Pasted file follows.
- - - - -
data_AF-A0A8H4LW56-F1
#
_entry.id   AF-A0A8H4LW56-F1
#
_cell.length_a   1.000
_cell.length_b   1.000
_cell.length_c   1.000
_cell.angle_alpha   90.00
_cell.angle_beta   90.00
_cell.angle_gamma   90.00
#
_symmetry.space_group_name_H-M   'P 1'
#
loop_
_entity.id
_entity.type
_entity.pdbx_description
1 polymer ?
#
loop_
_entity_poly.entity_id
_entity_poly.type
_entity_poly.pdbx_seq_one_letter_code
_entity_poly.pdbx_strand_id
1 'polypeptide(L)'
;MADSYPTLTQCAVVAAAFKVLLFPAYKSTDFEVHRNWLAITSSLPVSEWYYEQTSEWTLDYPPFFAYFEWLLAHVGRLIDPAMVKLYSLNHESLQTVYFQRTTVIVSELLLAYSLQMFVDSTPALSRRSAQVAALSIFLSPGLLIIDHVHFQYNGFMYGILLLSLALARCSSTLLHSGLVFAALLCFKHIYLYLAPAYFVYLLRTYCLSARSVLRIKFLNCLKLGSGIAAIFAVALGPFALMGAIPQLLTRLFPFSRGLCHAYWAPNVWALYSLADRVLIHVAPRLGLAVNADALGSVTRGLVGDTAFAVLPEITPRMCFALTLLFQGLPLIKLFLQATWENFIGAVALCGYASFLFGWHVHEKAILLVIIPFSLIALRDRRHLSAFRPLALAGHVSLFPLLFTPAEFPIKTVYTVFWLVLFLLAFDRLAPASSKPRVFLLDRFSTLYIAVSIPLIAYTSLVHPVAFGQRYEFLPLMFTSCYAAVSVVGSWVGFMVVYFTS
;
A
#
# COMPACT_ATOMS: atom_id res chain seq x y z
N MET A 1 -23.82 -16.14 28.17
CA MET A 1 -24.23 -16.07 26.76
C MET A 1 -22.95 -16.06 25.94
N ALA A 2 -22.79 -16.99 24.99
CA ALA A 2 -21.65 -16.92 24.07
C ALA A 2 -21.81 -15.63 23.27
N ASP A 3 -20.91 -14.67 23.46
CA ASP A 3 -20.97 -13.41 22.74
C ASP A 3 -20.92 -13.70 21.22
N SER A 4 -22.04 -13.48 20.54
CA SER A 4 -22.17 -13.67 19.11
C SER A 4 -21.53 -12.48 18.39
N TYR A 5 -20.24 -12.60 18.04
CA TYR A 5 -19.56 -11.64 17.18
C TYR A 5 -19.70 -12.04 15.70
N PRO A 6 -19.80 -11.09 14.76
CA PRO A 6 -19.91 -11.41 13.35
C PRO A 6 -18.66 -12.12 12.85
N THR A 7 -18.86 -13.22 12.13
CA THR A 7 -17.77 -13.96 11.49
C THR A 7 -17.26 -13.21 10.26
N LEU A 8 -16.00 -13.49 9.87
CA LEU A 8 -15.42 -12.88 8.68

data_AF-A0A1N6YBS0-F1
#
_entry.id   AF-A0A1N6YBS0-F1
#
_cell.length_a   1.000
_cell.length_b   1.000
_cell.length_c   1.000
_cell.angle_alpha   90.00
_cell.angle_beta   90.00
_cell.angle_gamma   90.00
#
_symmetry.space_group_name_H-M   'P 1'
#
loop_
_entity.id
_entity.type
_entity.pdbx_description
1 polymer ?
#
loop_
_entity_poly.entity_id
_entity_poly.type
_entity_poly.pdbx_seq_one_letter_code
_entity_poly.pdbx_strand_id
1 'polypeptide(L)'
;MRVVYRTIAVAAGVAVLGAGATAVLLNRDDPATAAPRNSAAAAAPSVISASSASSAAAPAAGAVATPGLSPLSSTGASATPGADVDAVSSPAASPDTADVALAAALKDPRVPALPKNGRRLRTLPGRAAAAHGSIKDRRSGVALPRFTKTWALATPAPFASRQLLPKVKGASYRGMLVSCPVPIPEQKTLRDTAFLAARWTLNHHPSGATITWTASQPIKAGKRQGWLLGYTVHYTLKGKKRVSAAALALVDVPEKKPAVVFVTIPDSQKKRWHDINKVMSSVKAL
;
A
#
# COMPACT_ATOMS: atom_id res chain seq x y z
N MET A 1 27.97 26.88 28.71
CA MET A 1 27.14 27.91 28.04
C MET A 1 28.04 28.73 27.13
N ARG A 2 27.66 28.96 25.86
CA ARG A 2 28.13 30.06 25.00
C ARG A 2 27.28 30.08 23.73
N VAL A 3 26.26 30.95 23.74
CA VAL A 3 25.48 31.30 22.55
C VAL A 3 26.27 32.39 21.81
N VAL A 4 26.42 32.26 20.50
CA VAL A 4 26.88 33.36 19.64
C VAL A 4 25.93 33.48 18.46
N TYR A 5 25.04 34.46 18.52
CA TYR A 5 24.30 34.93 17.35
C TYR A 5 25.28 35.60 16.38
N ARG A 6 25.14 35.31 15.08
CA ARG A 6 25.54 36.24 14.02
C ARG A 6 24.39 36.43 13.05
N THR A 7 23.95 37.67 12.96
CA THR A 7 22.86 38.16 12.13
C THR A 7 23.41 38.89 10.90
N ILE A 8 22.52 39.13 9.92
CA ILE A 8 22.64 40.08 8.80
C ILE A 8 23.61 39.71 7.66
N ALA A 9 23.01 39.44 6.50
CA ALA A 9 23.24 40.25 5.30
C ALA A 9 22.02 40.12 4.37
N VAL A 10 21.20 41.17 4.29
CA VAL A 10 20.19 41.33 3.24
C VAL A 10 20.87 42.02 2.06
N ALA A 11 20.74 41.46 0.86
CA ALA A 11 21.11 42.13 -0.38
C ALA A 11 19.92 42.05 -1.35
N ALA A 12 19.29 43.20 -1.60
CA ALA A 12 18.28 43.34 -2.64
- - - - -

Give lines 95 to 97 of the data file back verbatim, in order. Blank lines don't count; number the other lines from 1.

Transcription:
C VAL A 4 25.93 33.48 18.46
N TYR A 5 25.04 34.46 18.52
CA TYR A 5 24.30 34.93 17.35